The theoretical operational capability of the harvester was 0.850 ha h-1, that is, if all the time that the harvester is in the field is spent exclusively with the operation of the harvest, this has the capacity to gather, in one hour, 0.85 hectares, or 8,500 m2 h-1. For the effective operational capacity, an average of 0.650 ha h-1 was found, that is, taking into account the time with stops in the field, whether to refuel or unloading of potatoes harvested, the harvester is considered capable of harvesting 0.650 ha h-1 or 6,500 m2 h-1. This results in a field efficiency of 77%, which means that, during the harvest, 77% of the time is spent exclusively with the harvest and 33% of the time is spent on other activities. A similar result was found by GOMES (2002) to evaluate the operating performance of five potato tractor-implement harvesters.

According to MOLIN et al. (2006), this information about the operational capability are of great importance in mechanized agricultural systems management, assisting in decisions made by management, aiming its optimization. It is noteworthy that an important point, detected on the property, to increase the efficiency of the harvest field is the logistics of the fleet of trucks to unload the machine. In the virtues of its productive capacity, there is a need for efficient management of the availability of trucks to prevent the stop of the harvest time to wait for them.

Regarding the semi-mechanized harvesting, the analysis of the theoretical operational capacity of the digger mounted on tractor resulted in a 0.325 ha h-1. The effective operating capacity was 0.227 ha h-1. The theoretical operational capacity of the collecting operation of the tubers was 0.0374 ha h-1, that is, if the worker spent all the time that he remained in the field exclusively collecting the tubers, he could collect an area of 374 m2 h-1. The effective operating capacity of the collecting operation of the tubers found was to be 0.0321 ha h-1, resulting in a field efficiency of 86%.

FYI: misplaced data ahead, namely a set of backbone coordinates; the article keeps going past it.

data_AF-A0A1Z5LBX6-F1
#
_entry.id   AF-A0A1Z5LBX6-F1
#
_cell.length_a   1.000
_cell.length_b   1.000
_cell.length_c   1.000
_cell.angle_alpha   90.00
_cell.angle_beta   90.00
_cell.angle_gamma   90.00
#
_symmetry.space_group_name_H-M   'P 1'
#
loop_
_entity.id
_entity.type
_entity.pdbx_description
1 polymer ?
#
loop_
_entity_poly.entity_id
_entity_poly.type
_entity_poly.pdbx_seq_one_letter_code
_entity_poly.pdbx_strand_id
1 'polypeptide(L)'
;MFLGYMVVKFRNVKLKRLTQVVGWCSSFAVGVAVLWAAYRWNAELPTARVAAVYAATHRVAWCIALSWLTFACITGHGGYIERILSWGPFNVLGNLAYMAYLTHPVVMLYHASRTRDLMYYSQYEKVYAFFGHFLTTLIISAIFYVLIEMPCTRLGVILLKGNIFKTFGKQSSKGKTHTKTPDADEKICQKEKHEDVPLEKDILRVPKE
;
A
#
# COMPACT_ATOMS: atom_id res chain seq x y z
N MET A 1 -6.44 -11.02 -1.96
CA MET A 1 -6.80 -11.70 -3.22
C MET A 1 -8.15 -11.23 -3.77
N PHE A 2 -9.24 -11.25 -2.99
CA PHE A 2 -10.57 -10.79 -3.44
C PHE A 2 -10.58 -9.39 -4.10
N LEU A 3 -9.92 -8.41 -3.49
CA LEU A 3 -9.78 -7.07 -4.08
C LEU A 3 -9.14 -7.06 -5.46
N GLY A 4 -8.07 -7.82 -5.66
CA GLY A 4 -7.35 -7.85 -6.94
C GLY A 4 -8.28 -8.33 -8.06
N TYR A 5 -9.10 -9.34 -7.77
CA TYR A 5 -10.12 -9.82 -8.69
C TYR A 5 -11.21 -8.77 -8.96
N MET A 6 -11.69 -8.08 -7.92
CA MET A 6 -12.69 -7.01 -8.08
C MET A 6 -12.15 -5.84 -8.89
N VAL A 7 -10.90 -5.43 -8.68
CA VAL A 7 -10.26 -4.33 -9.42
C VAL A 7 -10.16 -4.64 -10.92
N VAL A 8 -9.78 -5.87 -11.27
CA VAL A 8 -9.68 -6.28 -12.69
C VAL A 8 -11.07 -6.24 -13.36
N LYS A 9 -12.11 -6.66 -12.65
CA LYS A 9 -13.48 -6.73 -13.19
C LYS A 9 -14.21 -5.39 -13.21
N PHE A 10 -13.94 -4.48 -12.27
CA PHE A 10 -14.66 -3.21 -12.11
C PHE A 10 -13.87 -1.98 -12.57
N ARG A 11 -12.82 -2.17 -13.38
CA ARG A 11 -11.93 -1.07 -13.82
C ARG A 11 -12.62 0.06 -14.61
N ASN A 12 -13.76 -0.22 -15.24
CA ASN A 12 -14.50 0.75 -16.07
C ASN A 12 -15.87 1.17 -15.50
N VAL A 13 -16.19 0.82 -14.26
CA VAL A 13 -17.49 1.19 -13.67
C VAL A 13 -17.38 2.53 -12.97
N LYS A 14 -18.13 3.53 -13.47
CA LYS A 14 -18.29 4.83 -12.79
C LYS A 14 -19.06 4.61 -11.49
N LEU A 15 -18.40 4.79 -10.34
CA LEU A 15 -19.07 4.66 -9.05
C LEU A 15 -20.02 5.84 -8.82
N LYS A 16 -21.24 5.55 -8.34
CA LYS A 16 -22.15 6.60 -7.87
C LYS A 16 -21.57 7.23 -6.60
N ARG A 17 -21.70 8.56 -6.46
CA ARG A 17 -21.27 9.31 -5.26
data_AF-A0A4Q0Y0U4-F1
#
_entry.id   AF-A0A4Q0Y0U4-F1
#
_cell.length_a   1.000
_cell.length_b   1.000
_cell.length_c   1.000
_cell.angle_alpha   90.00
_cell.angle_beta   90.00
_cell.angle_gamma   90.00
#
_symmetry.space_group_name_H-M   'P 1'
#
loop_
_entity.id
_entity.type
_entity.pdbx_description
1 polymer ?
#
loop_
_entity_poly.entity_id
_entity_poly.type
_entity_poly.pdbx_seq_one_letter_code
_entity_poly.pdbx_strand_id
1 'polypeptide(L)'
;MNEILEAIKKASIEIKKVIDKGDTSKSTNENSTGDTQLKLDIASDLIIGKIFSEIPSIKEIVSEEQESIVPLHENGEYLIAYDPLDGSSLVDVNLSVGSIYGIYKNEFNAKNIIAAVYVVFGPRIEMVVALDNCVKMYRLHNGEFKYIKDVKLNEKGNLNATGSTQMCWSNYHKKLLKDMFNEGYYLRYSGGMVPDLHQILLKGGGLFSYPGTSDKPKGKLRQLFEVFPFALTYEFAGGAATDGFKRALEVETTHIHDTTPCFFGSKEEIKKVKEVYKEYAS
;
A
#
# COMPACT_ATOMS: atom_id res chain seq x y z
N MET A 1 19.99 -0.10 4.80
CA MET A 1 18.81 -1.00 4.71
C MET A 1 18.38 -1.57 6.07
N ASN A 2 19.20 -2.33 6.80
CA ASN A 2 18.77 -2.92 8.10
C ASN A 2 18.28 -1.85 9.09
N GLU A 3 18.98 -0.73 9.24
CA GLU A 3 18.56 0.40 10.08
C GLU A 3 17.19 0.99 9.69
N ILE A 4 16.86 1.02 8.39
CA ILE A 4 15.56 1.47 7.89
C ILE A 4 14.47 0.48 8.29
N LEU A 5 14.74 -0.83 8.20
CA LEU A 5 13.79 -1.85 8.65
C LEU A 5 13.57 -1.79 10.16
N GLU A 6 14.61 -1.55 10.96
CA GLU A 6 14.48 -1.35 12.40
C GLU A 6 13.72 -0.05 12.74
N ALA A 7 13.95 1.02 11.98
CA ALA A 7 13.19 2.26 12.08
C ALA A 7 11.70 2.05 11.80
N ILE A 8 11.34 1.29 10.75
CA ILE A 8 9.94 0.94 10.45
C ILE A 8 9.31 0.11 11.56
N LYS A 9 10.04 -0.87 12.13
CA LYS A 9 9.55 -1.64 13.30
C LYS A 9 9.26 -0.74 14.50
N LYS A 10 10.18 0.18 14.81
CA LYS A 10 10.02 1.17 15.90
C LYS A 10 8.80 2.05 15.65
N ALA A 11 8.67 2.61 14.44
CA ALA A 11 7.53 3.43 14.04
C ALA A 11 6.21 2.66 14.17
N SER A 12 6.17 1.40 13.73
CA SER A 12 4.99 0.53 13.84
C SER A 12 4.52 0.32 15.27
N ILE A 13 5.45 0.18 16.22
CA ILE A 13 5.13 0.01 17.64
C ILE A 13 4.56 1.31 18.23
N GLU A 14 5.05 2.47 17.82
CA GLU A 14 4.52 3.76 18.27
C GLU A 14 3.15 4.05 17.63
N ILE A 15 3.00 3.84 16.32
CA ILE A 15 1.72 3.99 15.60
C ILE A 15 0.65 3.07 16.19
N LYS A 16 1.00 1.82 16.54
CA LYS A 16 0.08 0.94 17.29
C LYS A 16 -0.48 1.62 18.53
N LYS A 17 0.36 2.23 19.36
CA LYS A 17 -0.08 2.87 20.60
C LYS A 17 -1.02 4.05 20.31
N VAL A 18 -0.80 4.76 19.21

SILVEIRA et al. (2006), studying the efficiency of field machinery for soil preparation, planting and cultivation, found efficiency values of field ranging from 49% to 66%. According to the authors, this parameter for machines that work with tillage, as in the present study, is quite variable and may be influenced by several factors, including soil characteristics.

Knowing, then, that the effective operational capacity of the digger mounted on tractor is 0.227 ha h-1, we discover that, to work one hectare, 4.40 hours are spent. Knowing also that the effective operational capacity of the collecting operation of the tubers is 0.032 ha h-1 per worker, we discover that, to collect the tubers of one hectare, 31.15 hours are spent. Adding to the time of the removal and collection of tubers, we obtain 35.55 hours to harvest one hectare, that is, the digger mounted on tractor and a laborer to collect the tubers have the capacity to harvest 0.0281 ha h-1 or 281 m² h-1.

The effective operating capacity of mechanized harvesting is 0.650 ha h-1, since the capacity of semi-mechanized harvesting is 0.028 ha h-1. This shows that there is a ratio of 1 to 23, that is, a harvester is equivalent to 23 laborers, i.e., to obtain the same as analyzed the harvester, 23 laborers would be theoretically necessary. It is important to point out that the evaluations of the theoretical and effective operational capacities of the collection of the tubers were held in the morning, that is, on the period of the day on which laborers have a higher efficiency, thus, during the day, laborers efficiency may decrease.

These results obtained for effective operational capacity of mechanized and semi-mechanized harvestings proved to be statistically different when subjected to t test for two samples, assuming unequal variances at a 0.05 probability. GOMES (2002), evaluating the operating performance of five potato harvesters, found lower values †of effective operational capacity, however, all the machines evaluated were tractor-implement and smaller in comparison to the self-propelled harvester evaluated in this study.